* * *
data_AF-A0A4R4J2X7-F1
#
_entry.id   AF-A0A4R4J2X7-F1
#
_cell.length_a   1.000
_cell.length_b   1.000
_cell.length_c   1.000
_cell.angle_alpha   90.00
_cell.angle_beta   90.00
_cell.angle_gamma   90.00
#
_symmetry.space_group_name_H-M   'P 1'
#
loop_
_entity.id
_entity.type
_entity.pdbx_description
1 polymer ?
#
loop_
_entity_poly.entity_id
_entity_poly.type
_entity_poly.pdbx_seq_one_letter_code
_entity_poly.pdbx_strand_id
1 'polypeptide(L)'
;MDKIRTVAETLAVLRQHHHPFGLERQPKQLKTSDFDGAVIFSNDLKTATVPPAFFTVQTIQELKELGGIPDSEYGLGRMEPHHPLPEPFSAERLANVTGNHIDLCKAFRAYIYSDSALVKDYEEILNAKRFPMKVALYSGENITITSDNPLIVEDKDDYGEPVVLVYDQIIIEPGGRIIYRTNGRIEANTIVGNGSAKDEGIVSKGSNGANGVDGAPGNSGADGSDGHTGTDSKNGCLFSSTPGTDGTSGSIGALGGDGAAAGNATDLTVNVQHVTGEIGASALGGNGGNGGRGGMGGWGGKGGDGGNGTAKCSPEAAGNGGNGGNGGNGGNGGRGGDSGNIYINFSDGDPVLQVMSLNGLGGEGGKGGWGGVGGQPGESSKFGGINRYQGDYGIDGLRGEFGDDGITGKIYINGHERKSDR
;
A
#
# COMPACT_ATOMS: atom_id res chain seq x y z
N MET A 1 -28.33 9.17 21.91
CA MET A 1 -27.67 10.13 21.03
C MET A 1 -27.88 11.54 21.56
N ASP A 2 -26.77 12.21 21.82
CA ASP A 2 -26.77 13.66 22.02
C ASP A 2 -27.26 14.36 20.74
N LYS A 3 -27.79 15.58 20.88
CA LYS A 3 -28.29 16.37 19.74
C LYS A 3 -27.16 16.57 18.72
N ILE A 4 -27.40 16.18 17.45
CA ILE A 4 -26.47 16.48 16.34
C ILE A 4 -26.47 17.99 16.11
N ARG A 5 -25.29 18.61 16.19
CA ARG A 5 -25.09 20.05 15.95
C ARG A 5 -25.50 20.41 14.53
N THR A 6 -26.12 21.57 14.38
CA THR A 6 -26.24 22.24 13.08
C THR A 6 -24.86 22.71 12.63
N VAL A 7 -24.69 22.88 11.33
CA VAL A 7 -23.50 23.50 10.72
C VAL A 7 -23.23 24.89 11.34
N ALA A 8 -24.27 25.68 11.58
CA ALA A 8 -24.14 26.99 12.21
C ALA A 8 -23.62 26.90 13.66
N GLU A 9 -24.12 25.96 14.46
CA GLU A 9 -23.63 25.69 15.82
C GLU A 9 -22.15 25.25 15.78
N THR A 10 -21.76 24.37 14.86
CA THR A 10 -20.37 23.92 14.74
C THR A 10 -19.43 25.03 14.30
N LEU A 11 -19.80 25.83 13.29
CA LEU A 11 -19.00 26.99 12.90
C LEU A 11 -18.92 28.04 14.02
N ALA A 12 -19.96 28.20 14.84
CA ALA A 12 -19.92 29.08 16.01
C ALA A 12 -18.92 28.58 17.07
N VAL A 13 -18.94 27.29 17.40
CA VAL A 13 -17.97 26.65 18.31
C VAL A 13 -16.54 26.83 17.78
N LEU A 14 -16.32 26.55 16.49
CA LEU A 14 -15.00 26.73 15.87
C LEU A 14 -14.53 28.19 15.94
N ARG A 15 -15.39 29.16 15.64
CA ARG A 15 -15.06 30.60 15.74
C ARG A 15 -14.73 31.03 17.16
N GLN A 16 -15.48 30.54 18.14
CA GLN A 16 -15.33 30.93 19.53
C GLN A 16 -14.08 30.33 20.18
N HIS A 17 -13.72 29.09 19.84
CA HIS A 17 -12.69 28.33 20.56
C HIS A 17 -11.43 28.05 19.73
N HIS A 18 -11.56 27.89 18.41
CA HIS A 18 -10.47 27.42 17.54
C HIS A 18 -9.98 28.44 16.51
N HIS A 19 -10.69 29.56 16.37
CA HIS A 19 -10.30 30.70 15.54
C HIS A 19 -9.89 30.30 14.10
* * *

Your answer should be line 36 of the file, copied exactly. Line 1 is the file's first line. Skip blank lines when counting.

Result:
C ASP A 2 -27.26 14.36 20.74